A tax system researcher is calling on lawmakers to revamp the U.S. retirement savings incentive system.[@@]
Today, the system is working so poorly that “total personal saving by households is now below the annual revenue cost of subsidizing retirement and pension plans,” C. Eugene Steuerle, a senior fellow at the Urban Institute, Washington, a think tank, said Tuesday at a retirement savings hearing organized by the U.S. Senate Special Committee on Aging.
Even though the amount of tax revenue that the federal government loses as a result of efforts to spur private saving is now greater than the amount private individuals and companies actually save, the incentives have been even more of a failure at raising national saving, which includes government saving as well as private saving, Steuerle said.
Tax breaks are encouraging workers and employers to deposit cash into various types of retirement and pension plans, but individuals are not actually increasing true, economic savings by cutting spending on current consumption, Steuerle said.
Instead, Steuerle said, individuals are watching retirement plan balances grow, then using home equity loans, credit cards and other mechanisms to borrow money. As a result, the mountain of private debt is about as high as the pile of private savings.
Steuerle, who represents a think tank often identified as a moderately liberal organization, also emphasized that the current U.S. system probably is encouraging workers to retire too soon.
If today’s workers worked until they had only 11 years of life expectancy remaining, as they did in 1940, they would retire at an average of about 74, not 65, Steuerle said.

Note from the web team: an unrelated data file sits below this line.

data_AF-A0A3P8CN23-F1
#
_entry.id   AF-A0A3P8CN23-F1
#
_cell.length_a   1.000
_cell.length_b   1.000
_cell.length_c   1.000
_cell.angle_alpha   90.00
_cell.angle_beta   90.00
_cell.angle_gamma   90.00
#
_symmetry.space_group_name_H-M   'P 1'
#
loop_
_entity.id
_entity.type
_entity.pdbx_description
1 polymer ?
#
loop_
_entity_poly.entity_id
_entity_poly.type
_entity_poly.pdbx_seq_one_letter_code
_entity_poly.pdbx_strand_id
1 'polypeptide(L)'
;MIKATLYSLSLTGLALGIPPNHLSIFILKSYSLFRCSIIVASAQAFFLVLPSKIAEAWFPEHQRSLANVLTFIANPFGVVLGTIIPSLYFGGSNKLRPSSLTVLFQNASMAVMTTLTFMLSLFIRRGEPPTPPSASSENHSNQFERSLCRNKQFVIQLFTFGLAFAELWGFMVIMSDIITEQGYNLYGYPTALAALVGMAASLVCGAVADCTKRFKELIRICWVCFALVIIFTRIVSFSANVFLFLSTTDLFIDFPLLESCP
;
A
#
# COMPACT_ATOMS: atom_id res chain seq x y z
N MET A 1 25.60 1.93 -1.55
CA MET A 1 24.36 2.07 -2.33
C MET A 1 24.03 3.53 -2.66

“People are retiring at years when traditionally they were very likely to be significant savers,” Steuerle said. “Instead of being net savers, they turn into dis-savers, drawing down instead of building up assets.”
Steuerle offered a long list of suggestions for reforming current retirement savings incentives, including tougher restrictions on moves to withdraw assets from retirement plans and simplification of retirement plan designs.
Steuerle also recommended that the government should set up a clearinghouse that would handle tasks such as managing small accounts for departed employees, and he said mandatory retirement savings programs should be included in discussions about individual and employer-sponsored retirement arrangements as well as in discussions about the future of Social Security.
The Special Committee on Aging has posted a copy of Steuerle’s testimony and other hearing documents at http://aging.senate.gov/public/index.cfm?Fuseaction=Hearings.Detail&HearingID=62